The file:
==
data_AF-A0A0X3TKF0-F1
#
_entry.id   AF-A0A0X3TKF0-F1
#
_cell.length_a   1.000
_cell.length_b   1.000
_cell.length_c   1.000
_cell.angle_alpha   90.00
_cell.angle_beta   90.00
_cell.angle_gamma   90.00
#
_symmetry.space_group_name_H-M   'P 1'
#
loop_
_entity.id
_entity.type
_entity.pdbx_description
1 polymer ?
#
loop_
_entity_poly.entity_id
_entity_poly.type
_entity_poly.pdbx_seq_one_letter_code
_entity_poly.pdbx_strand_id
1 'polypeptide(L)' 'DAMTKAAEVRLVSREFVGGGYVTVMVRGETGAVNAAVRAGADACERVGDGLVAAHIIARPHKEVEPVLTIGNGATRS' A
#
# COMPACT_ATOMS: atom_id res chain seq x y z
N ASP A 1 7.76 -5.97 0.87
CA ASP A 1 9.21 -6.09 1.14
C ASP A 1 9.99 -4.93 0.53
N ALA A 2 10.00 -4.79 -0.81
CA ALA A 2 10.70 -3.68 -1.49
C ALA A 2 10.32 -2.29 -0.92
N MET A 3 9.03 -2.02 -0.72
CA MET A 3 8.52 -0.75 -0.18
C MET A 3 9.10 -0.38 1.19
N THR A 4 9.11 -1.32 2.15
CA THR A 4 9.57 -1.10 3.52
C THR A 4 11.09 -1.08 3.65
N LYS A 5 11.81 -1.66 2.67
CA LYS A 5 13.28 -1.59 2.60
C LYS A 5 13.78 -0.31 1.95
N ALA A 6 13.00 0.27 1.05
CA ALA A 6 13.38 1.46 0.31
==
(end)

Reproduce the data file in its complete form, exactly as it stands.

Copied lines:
data_AF-A0A0X3TKF0-F1
#
_entry.id   AF-A0A0X3TKF0-F1
#
_cell.length_a   1.000
_cell.length_b   1.000
_cell.length_c   1.000
_cell.angle_alpha   90.00
_cell.angle_beta   90.00
_cell.angle_gamma   90.00
#
_symmetry.space_group_name_H-M   'P 1'
#
loop_
_entity.id
_entity.type
_entity.pdbx_description
1 polymer ?
#
loop_
_entity_poly.entity_id
_entity_poly.type
_entity_poly.pdbx_seq_one_letter_code
_entity_poly.pdbx_strand_id
1 'polypeptide(L)' 'DAMTKAAEVRLVSREFVGGGYVTVMVRGETGAVNAAVRAGADACERVGDGLVAAHIIARPHKEVEPVLTIGNGATRS' A
#
# COMPACT_ATOMS: atom_id res chain seq x y z
N ASP A 1 7.76 -5.97 0.87
CA ASP A 1 9.21 -6.09 1.14
C ASP A 1 9.99 -4.93 0.53
N ALA A 2 10.00 -4.79 -0.81
CA ALA A 2 10.70 -3.68 -1.49
C ALA A 2 10.32 -2.29 -0.92
N MET A 3 9.03 -2.02 -0.72
CA MET A 3 8.52 -0.75 -0.18
C MET A 3 9.10 -0.38 1.19
N THR A 4 9.11 -1.32 2.15
CA THR A 4 9.57 -1.10 3.52
C THR A 4 11.09 -1.08 3.65
N LYS A 5 11.81 -1.66 2.67
CA LYS A 5 13.28 -1.59 2.60
C LYS A 5 13.78 -0.31 1.95
N ALA A 6 13.00 0.27 1.05
CA ALA A 6 13.38 1.46 0.31